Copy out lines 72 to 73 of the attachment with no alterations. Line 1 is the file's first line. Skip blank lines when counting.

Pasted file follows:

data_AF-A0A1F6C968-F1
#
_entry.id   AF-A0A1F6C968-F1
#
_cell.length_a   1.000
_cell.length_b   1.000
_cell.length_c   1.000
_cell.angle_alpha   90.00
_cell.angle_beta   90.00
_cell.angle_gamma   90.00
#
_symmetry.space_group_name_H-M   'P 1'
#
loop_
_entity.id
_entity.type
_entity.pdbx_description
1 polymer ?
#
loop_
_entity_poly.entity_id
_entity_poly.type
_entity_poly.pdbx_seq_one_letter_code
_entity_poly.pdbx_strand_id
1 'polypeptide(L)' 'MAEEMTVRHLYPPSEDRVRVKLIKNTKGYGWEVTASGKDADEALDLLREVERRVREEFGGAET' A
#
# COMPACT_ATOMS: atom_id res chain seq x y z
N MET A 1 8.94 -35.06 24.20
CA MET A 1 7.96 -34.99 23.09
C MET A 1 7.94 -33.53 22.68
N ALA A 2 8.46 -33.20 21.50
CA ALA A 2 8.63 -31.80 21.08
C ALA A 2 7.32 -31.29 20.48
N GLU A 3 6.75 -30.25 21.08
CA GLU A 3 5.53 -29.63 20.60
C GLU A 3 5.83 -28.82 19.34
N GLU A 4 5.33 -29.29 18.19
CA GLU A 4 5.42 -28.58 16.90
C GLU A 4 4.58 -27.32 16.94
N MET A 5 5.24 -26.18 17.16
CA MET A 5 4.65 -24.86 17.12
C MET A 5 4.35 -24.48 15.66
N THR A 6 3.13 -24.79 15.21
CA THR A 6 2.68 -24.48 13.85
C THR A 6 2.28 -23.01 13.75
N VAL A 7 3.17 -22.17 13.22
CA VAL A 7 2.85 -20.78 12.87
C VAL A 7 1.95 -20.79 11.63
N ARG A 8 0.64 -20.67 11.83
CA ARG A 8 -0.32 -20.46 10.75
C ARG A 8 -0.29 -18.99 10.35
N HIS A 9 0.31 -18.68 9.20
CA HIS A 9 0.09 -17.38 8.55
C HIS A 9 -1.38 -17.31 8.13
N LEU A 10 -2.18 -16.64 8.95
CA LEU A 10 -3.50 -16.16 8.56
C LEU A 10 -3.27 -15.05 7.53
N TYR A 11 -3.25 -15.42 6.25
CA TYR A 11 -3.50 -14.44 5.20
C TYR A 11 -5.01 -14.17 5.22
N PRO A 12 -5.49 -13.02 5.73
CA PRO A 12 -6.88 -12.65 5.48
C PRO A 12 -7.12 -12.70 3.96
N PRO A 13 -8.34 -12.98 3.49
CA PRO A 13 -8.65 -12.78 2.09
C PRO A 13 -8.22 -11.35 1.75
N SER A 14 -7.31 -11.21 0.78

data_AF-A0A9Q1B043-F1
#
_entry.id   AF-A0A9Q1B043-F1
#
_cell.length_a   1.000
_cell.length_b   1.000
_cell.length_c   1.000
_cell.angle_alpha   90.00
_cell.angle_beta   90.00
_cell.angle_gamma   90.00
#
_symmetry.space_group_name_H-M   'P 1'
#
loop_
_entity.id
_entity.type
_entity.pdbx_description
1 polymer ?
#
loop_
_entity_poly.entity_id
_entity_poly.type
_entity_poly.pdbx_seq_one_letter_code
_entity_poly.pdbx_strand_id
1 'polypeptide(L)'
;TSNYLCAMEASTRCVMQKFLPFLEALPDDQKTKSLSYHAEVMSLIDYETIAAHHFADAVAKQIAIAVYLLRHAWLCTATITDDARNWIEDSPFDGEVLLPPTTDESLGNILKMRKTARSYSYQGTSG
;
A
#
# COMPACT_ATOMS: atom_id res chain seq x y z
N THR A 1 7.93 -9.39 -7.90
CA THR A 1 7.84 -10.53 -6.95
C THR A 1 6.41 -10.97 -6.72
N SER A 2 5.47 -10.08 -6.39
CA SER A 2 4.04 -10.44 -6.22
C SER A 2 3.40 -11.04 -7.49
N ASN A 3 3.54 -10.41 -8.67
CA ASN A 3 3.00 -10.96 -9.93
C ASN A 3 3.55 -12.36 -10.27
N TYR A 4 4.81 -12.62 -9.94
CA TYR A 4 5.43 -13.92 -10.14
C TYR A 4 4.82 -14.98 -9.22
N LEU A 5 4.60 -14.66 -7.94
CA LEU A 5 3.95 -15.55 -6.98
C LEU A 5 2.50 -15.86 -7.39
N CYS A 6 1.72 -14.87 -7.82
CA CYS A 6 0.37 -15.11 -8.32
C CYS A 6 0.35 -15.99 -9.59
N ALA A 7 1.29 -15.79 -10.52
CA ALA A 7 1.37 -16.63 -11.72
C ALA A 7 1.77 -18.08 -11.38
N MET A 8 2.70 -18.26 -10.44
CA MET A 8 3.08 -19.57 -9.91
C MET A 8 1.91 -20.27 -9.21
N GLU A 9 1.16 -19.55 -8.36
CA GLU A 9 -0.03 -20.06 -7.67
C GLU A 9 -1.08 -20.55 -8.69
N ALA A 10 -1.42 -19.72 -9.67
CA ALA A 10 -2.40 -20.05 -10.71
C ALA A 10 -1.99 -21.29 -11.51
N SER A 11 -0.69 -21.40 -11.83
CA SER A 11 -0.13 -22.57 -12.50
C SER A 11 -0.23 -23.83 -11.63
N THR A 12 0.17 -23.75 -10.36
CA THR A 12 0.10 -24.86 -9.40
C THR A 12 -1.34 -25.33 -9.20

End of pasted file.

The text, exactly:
_cell.length_a   1.000
_cell.length_b   1.000